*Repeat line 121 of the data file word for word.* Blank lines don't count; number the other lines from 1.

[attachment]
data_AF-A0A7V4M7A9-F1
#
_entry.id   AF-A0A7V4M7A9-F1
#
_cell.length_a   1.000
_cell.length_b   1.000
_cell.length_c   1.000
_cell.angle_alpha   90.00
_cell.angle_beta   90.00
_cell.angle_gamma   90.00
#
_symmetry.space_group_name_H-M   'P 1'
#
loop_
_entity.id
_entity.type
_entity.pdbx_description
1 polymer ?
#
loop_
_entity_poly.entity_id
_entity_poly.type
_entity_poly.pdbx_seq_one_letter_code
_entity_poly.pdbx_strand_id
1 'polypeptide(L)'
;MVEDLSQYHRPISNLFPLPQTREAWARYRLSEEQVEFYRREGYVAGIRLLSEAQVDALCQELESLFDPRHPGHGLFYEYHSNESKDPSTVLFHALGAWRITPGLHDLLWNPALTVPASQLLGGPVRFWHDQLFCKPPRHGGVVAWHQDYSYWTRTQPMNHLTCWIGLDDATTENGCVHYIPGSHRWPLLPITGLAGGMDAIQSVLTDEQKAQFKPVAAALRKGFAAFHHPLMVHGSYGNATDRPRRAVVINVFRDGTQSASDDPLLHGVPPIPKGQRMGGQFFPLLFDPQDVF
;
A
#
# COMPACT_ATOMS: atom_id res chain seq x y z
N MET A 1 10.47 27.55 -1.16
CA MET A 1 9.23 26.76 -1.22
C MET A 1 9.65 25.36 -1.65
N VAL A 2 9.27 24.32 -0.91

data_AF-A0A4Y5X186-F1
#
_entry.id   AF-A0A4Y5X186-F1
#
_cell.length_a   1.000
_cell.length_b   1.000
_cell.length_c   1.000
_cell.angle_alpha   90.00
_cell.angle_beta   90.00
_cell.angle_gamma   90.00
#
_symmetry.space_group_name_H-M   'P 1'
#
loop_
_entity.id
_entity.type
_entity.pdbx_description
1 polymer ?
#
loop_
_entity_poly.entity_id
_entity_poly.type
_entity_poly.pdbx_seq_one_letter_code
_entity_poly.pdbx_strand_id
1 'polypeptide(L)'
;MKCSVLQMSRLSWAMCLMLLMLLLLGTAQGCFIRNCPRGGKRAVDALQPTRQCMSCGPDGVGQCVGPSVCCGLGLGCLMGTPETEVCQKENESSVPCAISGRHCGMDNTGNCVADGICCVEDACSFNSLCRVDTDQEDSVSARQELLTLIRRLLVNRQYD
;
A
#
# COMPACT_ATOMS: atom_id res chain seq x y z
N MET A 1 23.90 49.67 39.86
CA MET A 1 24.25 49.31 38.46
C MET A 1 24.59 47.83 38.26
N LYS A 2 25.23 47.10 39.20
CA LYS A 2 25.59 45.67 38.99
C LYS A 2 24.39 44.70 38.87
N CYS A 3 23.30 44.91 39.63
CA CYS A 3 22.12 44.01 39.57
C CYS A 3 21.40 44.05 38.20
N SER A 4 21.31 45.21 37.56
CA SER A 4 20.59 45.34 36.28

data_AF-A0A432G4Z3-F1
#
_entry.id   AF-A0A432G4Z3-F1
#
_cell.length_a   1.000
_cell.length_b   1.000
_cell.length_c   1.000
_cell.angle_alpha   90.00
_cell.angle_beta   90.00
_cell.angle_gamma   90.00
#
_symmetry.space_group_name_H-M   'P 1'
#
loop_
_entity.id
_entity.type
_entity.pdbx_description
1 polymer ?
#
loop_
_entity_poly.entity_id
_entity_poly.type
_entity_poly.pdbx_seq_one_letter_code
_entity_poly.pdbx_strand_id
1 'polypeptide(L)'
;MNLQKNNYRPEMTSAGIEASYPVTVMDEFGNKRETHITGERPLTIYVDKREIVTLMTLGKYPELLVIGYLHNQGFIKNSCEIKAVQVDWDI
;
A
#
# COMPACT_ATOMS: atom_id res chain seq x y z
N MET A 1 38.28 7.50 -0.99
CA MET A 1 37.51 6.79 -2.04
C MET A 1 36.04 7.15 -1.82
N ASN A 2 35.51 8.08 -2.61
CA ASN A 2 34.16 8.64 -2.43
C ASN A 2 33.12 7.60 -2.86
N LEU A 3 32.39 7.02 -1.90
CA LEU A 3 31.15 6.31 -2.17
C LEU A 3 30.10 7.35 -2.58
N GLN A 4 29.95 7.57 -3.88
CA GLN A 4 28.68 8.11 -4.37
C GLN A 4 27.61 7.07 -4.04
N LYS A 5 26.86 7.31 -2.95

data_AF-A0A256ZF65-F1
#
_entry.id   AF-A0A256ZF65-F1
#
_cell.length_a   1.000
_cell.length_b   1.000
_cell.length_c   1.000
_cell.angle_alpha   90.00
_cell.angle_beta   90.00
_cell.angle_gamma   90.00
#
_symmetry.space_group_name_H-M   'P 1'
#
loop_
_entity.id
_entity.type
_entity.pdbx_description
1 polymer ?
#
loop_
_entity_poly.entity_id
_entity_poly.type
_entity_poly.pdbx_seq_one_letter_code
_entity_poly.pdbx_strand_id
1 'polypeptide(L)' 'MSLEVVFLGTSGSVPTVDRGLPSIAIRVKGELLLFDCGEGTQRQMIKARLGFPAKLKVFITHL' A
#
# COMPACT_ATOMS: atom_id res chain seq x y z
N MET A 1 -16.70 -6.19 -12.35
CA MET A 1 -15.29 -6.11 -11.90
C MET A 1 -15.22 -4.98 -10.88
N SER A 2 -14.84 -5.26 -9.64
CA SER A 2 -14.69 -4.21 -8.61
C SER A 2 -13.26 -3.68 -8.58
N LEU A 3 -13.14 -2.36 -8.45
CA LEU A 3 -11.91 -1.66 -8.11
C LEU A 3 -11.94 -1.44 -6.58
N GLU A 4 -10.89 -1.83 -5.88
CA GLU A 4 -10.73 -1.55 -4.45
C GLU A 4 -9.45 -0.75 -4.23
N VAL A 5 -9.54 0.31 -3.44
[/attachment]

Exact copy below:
_entry.id   AF-A0A256ZF65-F1